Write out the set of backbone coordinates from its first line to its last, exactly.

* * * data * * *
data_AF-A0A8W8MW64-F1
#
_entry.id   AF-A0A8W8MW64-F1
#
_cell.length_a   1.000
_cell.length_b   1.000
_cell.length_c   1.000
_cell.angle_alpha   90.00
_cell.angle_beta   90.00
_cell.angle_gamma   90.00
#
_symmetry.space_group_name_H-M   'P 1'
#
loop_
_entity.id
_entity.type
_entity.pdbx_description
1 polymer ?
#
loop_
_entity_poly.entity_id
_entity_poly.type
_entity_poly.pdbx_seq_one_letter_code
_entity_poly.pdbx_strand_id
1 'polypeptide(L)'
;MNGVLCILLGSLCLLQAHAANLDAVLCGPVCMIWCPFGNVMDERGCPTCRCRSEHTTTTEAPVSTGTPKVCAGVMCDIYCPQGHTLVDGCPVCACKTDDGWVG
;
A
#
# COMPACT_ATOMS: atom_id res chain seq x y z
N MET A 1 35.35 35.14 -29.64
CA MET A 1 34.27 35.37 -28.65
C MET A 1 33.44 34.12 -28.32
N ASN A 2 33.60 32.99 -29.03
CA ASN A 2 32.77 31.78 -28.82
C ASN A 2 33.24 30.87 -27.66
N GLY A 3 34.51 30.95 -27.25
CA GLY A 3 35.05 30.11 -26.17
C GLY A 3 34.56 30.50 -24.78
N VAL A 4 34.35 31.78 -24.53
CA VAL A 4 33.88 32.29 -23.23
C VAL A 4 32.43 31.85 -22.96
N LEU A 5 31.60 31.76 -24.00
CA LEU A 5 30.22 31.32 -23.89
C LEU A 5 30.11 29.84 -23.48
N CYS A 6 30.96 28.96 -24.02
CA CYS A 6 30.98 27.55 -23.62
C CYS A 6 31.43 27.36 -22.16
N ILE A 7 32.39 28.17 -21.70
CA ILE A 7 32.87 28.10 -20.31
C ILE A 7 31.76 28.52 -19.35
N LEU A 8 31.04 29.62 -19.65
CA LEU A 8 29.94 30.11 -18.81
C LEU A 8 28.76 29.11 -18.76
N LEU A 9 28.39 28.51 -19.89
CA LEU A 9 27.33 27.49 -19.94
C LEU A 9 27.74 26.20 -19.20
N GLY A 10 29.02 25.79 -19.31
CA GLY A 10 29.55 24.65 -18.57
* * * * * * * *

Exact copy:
data_AF-A0A8W8MW64-F1
#
_entry.id   AF-A0A8W8MW64-F1
#
_cell.length_a   1.000
_cell.length_b   1.000
_cell.length_c   1.000
_cell.angle_alpha   90.00
_cell.angle_beta   90.00
_cell.angle_gamma   90.00
#
_symmetry.space_group_name_H-M   'P 1'
#
loop_
_entity.id
_entity.type
_entity.pdbx_description
1 polymer ?
#
loop_
_entity_poly.entity_id
_entity_poly.type
_entity_poly.pdbx_seq_one_letter_code
_entity_poly.pdbx_strand_id
1 'polypeptide(L)'
;MNGVLCILLGSLCLLQAHAANLDAVLCGPVCMIWCPFGNVMDERGCPTCRCRSEHTTTTEAPVSTGTPKVCAGVMCDIYCPQGHTLVDGCPVCACKTDDGWVG
;
A
#
# COMPACT_ATOMS: atom_id res chain seq x y z
N MET A 1 35.35 35.14 -29.64
CA MET A 1 34.27 35.37 -28.65
C MET A 1 33.44 34.12 -28.32
N ASN A 2 33.60 32.99 -29.03
CA ASN A 2 32.77 31.78 -28.82
C ASN A 2 33.24 30.87 -27.66
N GLY A 3 34.51 30.95 -27.25
CA GLY A 3 35.05 30.11 -26.17
C GLY A 3 34.56 30.50 -24.78
N VAL A 4 34.35 31.78 -24.53
CA VAL A 4 33.88 32.29 -23.23
C VAL A 4 32.43 31.85 -22.96
N LEU A 5 31.60 31.76 -24.00
CA LEU A 5 30.22 31.32 -23.89
C LEU A 5 30.11 29.84 -23.48
N CYS A 6 30.96 28.96 -24.02
CA CYS A 6 30.98 27.55 -23.62
C CYS A 6 31.43 27.36 -22.16
N ILE A 7 32.39 28.17 -21.70
CA ILE A 7 32.87 28.10 -20.31
C ILE A 7 31.76 28.52 -19.35
N LEU A 8 31.04 29.62 -19.65
CA LEU A 8 29.94 30.11 -18.81
C LEU A 8 28.76 29.11 -18.76
N LEU A 9 28.39 28.51 -19.89
CA LEU A 9 27.33 27.49 -19.94
C LEU A 9 27.74 26.20 -19.20
N GLY A 10 29.02 25.79 -19.31
CA GLY A 10 29.55 24.65 -18.57